V.C. Fever Abroad
U.S. startups, despite their reputation as technology innovators, are about to face tougher competition from Europe. While the amount of venture investing in the U.S. has slipped for two consecutive quarters, global venture investing, including buyout funds, is expected to jump 47%, to $200 billion this year. Of that, some $70 billion is expected to go to Europeans, says PricewaterhouseCoopers and 3i Group PLC, an equity investment firm in London. In 1999, a banner year for American venture investing, U.S. firms raked in about $36 billion.
European investing has boomed thanks to new stock markets designed for small-cap companies, changing tax laws and deregulation. The very success of the U.S. has proved inspiring, too. European investors have adopted a "mass belief in the economics the U.S. has achieved with low inflation, low unemployment, high consumer demand, and high innovation," says Martin Gagen, president and CEO of 3i's U.S. operations.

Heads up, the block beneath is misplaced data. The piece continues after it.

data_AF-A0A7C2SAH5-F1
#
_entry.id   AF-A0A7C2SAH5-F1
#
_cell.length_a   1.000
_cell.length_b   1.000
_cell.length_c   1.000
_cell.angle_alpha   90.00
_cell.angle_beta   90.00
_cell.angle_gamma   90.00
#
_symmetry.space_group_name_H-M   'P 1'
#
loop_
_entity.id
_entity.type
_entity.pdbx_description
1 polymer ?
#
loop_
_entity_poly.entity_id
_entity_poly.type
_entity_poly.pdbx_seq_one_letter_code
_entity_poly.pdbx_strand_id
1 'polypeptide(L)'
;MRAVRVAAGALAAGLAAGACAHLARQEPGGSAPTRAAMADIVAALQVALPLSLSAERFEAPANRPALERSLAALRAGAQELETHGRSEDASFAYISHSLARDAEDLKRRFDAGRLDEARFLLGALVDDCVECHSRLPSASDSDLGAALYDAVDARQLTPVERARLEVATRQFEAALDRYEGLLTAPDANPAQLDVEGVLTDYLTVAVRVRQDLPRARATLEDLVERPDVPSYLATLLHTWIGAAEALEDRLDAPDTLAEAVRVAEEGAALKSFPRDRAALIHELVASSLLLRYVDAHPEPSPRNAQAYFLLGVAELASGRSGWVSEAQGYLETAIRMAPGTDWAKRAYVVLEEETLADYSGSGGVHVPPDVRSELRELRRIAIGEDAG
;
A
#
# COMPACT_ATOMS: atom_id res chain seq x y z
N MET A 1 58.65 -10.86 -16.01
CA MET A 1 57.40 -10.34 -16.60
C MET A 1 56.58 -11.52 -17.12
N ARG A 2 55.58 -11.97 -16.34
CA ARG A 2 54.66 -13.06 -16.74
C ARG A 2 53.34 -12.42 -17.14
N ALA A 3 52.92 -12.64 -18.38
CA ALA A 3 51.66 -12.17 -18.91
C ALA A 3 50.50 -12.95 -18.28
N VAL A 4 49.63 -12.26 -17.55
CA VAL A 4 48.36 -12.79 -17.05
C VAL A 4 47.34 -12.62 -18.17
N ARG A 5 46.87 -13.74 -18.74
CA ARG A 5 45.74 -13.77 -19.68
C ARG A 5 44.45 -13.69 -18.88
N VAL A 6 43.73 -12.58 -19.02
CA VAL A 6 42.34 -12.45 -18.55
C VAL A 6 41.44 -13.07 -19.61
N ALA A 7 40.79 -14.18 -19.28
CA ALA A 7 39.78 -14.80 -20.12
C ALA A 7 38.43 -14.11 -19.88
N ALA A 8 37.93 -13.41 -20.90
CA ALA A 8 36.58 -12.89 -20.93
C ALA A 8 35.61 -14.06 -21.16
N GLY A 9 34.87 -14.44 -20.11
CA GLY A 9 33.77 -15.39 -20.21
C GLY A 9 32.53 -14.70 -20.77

Small Biz Slowdown
The stumbling stock market and slowing sales are forcing small businesses to reexamine their forecasts and budgets. "People are looking at the markets and starting to get worried," says Christopher Wysocki, president of the Small Business Survival Committee. "It's gut-check time."
Only 3% of small businesses reported higher sales in the third quarter, says William C. Dunkelberg, chief economist for the National Federation of Independent Business. Dunkelberg expects sales to weaken further in the fourth quarter, and he says that cutbacks in capital spending are reminiscent of those that preceded the past two recessions.
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